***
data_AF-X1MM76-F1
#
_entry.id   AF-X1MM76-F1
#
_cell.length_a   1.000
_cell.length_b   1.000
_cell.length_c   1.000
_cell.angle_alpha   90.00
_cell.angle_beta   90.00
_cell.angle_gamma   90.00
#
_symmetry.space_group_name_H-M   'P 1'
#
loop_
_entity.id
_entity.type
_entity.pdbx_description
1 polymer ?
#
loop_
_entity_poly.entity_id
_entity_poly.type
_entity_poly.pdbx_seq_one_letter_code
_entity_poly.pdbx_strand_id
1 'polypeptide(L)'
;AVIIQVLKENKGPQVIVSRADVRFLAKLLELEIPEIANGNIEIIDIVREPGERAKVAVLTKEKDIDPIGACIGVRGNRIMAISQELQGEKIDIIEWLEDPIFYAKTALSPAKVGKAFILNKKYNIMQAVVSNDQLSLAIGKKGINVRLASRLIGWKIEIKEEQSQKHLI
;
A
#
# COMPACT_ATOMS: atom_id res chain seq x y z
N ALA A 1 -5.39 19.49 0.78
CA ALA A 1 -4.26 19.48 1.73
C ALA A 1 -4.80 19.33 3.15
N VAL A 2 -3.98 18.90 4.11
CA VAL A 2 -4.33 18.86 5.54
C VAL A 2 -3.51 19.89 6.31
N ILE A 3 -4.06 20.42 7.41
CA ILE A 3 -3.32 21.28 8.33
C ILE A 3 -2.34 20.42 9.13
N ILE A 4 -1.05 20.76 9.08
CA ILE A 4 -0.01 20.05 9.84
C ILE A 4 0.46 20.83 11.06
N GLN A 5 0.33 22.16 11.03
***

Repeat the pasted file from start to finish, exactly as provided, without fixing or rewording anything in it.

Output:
data_AF-X1MM76-F1
#
_entry.id   AF-X1MM76-F1
#
_cell.length_a   1.000
_cell.length_b   1.000
_cell.length_c   1.000
_cell.angle_alpha   90.00
_cell.angle_beta   90.00
_cell.angle_gamma   90.00
#
_symmetry.space_group_name_H-M   'P 1'
#
loop_
_entity.id
_entity.type
_entity.pdbx_description
1 polymer ?
#
loop_
_entity_poly.entity_id
_entity_poly.type
_entity_poly.pdbx_seq_one_letter_code
_entity_poly.pdbx_strand_id
1 'polypeptide(L)'
;AVIIQVLKENKGPQVIVSRADVRFLAKLLELEIPEIANGNIEIIDIVREPGERAKVAVLTKEKDIDPIGACIGVRGNRIMAISQELQGEKIDIIEWLEDPIFYAKTALSPAKVGKAFILNKKYNIMQAVVSNDQLSLAIGKKGINVRLASRLIGWKIEIKEEQSQKHLI
;
A
#
# COMPACT_ATOMS: atom_id res chain seq x y z
N ALA A 1 -5.39 19.49 0.78
CA ALA A 1 -4.26 19.48 1.73
C ALA A 1 -4.80 19.33 3.15
N VAL A 2 -3.98 18.90 4.11
CA VAL A 2 -4.33 18.86 5.54
C VAL A 2 -3.51 19.89 6.31
N ILE A 3 -4.06 20.42 7.41
CA ILE A 3 -3.32 21.28 8.33
C ILE A 3 -2.34 20.42 9.13
N ILE A 4 -1.05 20.76 9.08
CA ILE A 4 -0.01 20.05 9.84
C ILE A 4 0.46 20.83 11.06
N GLN A 5 0.33 22.16 11.03